UPDATE - 16TH DECEMBER 2015: The replacement scheme will be ending on Thursday 31st March 2016. After that date no more applications will be accepted.
Today we are happy to announce a disc replacement programme for our Durarara!! Blu-ray Collector's Edition set. Please take time to read all of the details below. Continue Reading
By Anthony Thomas
Durarara!! series one followed the crazy misadventures that can be found in the back streets of Tokyo’s Ikebukuro district (from kidnapping gangs to headless bikers!). Series two, entitled Durarara!! x 2 Shou, takes place six months after all that madness, and sees things return to relative normality. But things can only remain calm for so long, and gradually the chaos we came to love makes a return.
One band also currently causing chaos in Japan is series two openers OKAMOTO’S. They’re no strangers to Ikebukuro, performing there countless times. They even formed their radical, shaggy-haired rock band a few miles down the road in a part of Tokyo that’s home to many more crazy stories and urban legends; Shinjuku, setting for the Yakuza games and loads of Japanese crime films.
OKAMOTO’S are good boys, though – no dodgy dealings or headless guitarists between them. After all, they have had no less than THREE songs featured in Naruto so far, hardly a series known for its gritty portrayal of Japan’s underworld (mind you, I wouldn’t fancy meeting Orochimaru down a dark alley).
This week we bring you confirmation on a few release dates, publish the dates of events we'll be at in some capacity this year, and touch on a few details you may have missed over the last week. Continue Reading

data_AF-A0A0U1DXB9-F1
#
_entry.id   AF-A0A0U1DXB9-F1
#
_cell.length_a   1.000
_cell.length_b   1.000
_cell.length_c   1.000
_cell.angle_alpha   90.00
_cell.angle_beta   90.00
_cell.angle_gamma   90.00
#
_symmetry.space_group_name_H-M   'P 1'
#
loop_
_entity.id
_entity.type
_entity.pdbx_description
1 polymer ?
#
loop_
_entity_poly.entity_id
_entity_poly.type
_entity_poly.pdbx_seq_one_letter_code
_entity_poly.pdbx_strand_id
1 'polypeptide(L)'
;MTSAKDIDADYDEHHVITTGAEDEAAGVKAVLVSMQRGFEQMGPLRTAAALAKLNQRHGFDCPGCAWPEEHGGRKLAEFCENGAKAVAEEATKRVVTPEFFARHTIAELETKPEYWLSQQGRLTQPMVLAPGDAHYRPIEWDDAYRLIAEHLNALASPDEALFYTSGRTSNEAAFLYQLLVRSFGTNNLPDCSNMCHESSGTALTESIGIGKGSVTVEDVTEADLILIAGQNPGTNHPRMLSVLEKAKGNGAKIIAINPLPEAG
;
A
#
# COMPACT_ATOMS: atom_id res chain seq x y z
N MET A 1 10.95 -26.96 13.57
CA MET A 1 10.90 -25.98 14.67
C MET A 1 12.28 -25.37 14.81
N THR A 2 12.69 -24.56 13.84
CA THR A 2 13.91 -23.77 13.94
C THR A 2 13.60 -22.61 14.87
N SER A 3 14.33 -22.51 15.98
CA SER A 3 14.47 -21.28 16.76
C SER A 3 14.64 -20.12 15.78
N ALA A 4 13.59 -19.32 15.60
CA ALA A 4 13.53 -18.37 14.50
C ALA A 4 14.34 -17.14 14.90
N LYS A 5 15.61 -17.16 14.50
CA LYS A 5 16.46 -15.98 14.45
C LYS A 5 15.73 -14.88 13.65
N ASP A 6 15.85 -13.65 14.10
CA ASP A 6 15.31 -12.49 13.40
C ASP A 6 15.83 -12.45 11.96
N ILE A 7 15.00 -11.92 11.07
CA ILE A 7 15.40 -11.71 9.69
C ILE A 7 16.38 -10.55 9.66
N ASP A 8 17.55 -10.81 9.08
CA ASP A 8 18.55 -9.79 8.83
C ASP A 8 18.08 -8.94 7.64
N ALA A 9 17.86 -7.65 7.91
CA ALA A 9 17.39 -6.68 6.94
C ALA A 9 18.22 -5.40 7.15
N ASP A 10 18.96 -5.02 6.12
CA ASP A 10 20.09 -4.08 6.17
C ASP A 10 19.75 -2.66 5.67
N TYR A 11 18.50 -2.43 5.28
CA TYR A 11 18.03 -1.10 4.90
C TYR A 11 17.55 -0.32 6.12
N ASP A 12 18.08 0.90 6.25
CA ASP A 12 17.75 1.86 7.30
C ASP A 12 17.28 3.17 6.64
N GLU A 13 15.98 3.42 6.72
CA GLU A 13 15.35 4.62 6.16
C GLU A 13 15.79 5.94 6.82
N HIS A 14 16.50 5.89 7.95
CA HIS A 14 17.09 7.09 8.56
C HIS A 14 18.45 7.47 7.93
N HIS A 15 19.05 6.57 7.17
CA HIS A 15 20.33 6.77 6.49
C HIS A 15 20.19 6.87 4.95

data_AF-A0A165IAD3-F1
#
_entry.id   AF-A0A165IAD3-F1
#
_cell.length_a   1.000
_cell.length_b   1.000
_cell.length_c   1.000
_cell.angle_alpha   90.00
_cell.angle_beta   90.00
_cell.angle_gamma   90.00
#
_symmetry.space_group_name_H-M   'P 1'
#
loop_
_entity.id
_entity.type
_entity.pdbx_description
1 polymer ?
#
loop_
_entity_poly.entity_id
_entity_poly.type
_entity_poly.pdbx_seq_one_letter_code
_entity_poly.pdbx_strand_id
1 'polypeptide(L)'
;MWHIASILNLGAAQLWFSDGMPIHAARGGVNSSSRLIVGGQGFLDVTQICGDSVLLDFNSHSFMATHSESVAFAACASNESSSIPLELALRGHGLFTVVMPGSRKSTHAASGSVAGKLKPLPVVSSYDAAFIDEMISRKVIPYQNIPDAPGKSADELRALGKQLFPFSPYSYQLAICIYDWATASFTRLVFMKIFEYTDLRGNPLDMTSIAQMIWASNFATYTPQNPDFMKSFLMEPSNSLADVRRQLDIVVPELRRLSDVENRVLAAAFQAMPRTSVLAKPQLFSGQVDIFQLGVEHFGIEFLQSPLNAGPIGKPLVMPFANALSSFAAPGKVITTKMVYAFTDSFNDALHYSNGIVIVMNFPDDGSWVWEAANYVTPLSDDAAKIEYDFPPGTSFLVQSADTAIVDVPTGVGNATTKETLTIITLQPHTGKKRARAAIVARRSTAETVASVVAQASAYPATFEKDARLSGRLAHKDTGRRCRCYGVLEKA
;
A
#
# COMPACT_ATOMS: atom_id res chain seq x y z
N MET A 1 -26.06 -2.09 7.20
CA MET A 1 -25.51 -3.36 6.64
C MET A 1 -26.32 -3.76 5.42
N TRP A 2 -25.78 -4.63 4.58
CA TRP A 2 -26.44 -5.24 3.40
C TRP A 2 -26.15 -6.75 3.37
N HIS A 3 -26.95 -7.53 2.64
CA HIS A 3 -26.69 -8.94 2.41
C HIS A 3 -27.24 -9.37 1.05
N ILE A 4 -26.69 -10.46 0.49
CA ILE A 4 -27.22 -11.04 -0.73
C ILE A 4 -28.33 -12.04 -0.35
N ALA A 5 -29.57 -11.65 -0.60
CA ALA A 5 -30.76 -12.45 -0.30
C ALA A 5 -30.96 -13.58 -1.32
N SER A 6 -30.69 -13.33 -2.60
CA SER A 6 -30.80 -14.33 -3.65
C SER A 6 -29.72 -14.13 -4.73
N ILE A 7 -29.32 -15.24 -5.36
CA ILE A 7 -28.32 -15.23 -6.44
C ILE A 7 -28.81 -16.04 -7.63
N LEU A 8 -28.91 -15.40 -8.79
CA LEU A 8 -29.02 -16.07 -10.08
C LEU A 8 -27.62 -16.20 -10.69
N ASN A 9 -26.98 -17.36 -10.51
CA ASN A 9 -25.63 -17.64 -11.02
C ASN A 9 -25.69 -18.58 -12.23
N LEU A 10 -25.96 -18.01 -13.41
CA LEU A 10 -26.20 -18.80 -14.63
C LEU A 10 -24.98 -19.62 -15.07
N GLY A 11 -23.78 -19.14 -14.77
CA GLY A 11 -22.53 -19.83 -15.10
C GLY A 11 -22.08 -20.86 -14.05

It's been a long time coming but as mentioned on our first podcast last week, it's the return of the Anime UK Sales Charts! The last one posted detailed September 2013's chart - yes it's been that long since the last one was posted.
Over the course of the next week or two we're going to be catching up in the form of posts combining certain time periods, for example one particular quarter of the year, while retaining the rankings for each month. Today we're focusing on the period between October 2013 - December 2013. It was quite a while ago, but here's how things shaped up. Continue Reading
By Andrew Osmond
One of the century’s great philosophers sang that everything you know is wrong, black is white, up is down and short is long. Patema Inverted, by director Yasuhiro Yoshiura, confines itself to Weird Al’s middle axiom, that up is down. The heroine Patema begins in an underground world, falling ‘down’ a chasm to the surface. Once there, she must hang on desperately to anything she can, or plunge into the clouds beneath. A surface dweller appears, and the picture rotates one-eighty degrees to show what he sees; an upside down girl, being yanked up into the sky. “Don’t fall!” she shrieks at him. “Fall where?” he asks reasonably.
It’s a wonderfully fresh starting point for a film, though of course there are precedents. Gravity reminded us there’s no up and down in space. In fantasy cinema, David Bowie strode around an Escheresque castle in Labyrinth (an idea extended in the third Night at the Museum), while Paris rolled up on itself in Inception. A much closer film to Patema was Upside Down. Made around the same time as the anime, this was a French-Canadian live-action film whose leads, played by Kirsten Dunst and Jim Sturgess, are kept apart by competing gravities.
It was close enough to give Yoshiura the heebie-jeebies. “When I was making Patema Inverted, the producer came to me and said there’s a film with the same concept, which was a shock!’ Yoshiura told me. ‘I looked at the poster, then I put it away… I haven’t seen the trailer because I didn’t want to be influenced.” Luckily for Yoshiura, Upside Down was a squib, getting poor reviews and scant distribution.